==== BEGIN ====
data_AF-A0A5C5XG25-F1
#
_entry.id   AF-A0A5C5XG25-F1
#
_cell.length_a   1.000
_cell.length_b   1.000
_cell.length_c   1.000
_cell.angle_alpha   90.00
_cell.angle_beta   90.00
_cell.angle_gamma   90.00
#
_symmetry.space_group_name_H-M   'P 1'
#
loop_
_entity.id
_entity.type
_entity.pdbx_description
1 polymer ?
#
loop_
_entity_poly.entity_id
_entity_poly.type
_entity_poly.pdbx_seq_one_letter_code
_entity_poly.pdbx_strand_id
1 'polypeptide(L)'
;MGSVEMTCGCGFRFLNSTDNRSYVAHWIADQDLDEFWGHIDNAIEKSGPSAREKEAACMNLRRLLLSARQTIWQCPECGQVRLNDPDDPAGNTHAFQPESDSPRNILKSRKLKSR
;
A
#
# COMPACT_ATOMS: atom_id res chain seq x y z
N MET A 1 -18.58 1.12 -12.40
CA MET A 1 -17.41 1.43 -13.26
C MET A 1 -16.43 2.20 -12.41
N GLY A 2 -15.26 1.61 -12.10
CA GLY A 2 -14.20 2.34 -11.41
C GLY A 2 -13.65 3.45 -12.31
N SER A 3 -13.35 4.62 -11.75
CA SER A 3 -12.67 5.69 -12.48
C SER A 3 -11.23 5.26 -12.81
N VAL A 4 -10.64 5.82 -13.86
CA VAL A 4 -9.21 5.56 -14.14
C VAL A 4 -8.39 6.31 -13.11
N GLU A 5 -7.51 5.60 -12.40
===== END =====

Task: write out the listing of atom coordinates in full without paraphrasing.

data_AF-A0A5C5XG25-F1
#
_entry.id   AF-A0A5C5XG25-F1
#
_cell.length_a   1.000
_cell.length_b   1.000
_cell.length_c   1.000
_cell.angle_alpha   90.00
_cell.angle_beta   90.00
_cell.angle_gamma   90.00
#
_symmetry.space_group_name_H-M   'P 1'
#
loop_
_entity.id
_entity.type
_entity.pdbx_description
1 polymer ?
#
loop_
_entity_poly.entity_id
_entity_poly.type
_entity_poly.pdbx_seq_one_letter_code
_entity_poly.pdbx_strand_id
1 'polypeptide(L)'
;MGSVEMTCGCGFRFLNSTDNRSYVAHWIADQDLDEFWGHIDNAIEKSGPSAREKEAACMNLRRLLLSARQTIWQCPECGQVRLNDPDDPAGNTHAFQPESDSPRNILKSRKLKSR
;
A
#
# COMPACT_ATOMS: atom_id res chain seq x y z
N MET A 1 -18.58 1.12 -12.40
CA MET A 1 -17.41 1.43 -13.26
C MET A 1 -16.43 2.20 -12.41
N GLY A 2 -15.26 1.61 -12.10
CA GLY A 2 -14.20 2.34 -11.41
C GLY A 2 -13.65 3.45 -12.31
N SER A 3 -13.35 4.62 -11.75
CA SER A 3 -12.67 5.69 -12.48
C SER A 3 -11.23 5.26 -12.81
N VAL A 4 -10.64 5.82 -13.86
CA VAL A 4 -9.21 5.56 -14.14
C VAL A 4 -8.39 6.31 -13.11
N GLU A 5 -7.51 5.60 -12.40